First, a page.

Syndicated Columnists

Drone attacks are Saudi Arabia’s problem, not America’s

A Saudi family walk past a giant poster of Saudi Crown Prince Mohammed bin Salman, at a shopping mall in Jiddah, Saudi Arabia, Sunday, Sept. 15, 2019. The weekend drone attack on one of the world’s largest crude oil processing plants that dramatically cut into global oil supplies is the most visible sign yet of how Aramco’s stability and security is directly linked to that of its owner -- the Saudi government and its ruling family. (AP Photo/Amr Nabil)
A Saudi family walk past a giant poster of Saudi Crown Prince Mohammed bin Salman, at a shopping mall in Jiddah, Saudi Arabia, Sunday, Sept. 15, 2019. The weekend drone attack on one of the world’s largest crude oil processing plants that dramatically cut into global oil supplies is the most visible sign yet of how Aramco’s stability and security is directly linked to that of its owner -- the Saudi government and its ruling family. (AP Photo/Amr Nabil) The Associated Press

America’s top source of imported oil (43% of it) is Canada. As fellow NATO members, an attack on Canada would be considered an attack on the United States, and a response could include the use of armed force. As with any declaration of war, this would require congressional approval, but the bottom line is that Canada is the very definition of a U.S. ally in diplomatic terms.

The same doesn’t hold true for America’s second-largest oil supplier, Saudi Arabia (9%). There is no agreement or framework for the U.S. to respond to an attack on Saudi soil, let alone any obligation to do so. The Saudis are commonly referred to as American allies, even though they really aren’t in any official sense. They do, however, purchase U.S. weapons and represent significant oil imports, so they are trading partners and commercial allies. That’s about as far as it goes.

So when a Saudi oil facility was attacked from the air over the weekend, knocking out roughly half of its oil production capacity, U.S. President Donald Trump’s knee-jerk response (on Twitter, of course) was troubling.

“Saudi Arabia oil supply was attacked,” Trump tweeted. “There is reason to believe that we know the culprit, are locked and loaded depending on verification, but are waiting to hear from the Kingdom as to who they believe was the cause of this attack, and under what terms we would proceed!”

First of all, why is there only “reason to believe” that U.S. officials know who the culprit is when the region in question is one of the most surveilled on the planet? We should know who did it, right down to the precise trajectory of the attack. Let’s see the evidence.

And why would America, with all its spy technology and resources, be “waiting to hear” from the Saudis about who they decide to blame? Saudi Arabia already tried to get the U.S. to do its dirty work in Syria by offering to pay the bill for U.S. troops to oust Syrian President Bashar al-Assad. Why should the Saudis be trusted not to drag American troops into another pointless foreign war that primarily benefits them?

Regardless of who’s responsible for the attack on the oil facilities, the Saudis shouldn’t be dictating how America should “proceed.” Saudi Arabia isn’t America’s problem.

For all the weapons that the U.S. has sold Saudi Arabia over the years, the Saudis should be capable of handling the situation alone. Their American-made Patriot missile systems should have been able to deflect an attack. Russian President Vladimir Putin even joked about it at a press conference with Iranian President Hassan Rouhani and Turkish President Recep Tayyip Erdogan to discuss the conflict in Syria.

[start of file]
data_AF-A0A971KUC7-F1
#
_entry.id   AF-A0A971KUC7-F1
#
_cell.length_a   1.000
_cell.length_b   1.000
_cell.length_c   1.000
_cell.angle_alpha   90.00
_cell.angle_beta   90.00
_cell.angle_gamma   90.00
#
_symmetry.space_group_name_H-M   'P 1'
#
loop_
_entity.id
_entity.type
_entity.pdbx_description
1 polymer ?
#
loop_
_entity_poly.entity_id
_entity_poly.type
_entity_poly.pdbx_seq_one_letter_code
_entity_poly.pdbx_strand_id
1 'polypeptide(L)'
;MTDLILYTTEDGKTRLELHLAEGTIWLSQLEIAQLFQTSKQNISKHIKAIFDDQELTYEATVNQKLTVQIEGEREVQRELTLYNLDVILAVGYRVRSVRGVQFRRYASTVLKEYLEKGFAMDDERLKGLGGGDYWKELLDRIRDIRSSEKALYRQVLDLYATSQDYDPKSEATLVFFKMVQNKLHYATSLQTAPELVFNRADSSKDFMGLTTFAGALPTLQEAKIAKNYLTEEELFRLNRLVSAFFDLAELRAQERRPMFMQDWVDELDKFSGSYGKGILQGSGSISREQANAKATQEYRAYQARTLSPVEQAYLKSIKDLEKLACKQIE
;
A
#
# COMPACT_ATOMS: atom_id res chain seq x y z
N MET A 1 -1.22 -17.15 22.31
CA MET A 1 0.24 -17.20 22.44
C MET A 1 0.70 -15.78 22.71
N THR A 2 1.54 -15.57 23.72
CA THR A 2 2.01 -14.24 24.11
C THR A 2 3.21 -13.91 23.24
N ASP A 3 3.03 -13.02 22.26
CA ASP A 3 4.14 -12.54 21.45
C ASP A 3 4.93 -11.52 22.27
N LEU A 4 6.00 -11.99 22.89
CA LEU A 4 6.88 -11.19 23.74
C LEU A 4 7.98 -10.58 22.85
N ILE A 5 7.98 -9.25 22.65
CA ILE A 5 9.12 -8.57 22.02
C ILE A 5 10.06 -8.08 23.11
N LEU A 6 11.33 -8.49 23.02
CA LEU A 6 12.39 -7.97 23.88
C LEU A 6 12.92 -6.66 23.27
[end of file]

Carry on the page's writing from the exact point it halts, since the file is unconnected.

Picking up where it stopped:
The Saudis “need to make one clever decision as Iran did, buying our S-300, and as Erdogan did by deciding to buy the most advanced S-400 Triumph air defense systems from Russia,” Putin said. “These kinds of systems are capable of defending any kind of infrastructure in Saudi Arabia from any kind of attack.”

America has flooded Saudi Arabia with weapons and military assistance. Placing a missile system in the paws of a panda bear would have been more productive. The Saudis have been employing America’s finest weaponry to fight the pro-Iranian Houthis for control of neighboring Yemen and have been losing to guys in flip-flops. It’s so embarrassing that American defense manufacturers should sue the Saudis for defaming their products.

According to a leaked French military intelligence report, although U.S. drones provide the Royal Saudi Air Force with targeting support, the Saudis still aren’t very good at actually hitting the targets. No kidding — the war in Yemen has become renowned for its astronomical number of civilian casualties.

So the U.S.-backed Saudis are getting their behinds handed to them by Iranian-backed Houthis in Yemen, and Trump has repeatedly turned a blind eye to it, even vetoing a congressional ban on weapons sales for Saudi use in Yemen.

The Yemen war has been treated like an opportunity to make bank on the sale of weapons and military assistance to the Saudis without any cost to America’s bottom line. Now that the Houthis have claimed responsibility for this latest attack on Saudi soil, the cost is evident. The bill has finally come due for U.S. involvement, and global oil prices have spiked. The lesson in this fiasco is that war doesn’t occur in a vacuum. Newton’s Third Law applies to global conflict: For every action, there is an equal and opposite reaction.

The best thing Trump can do is cut off all military assistance and arms sales to the Saudis and focus on what he can control to America’s benefit: total North American energy independence.

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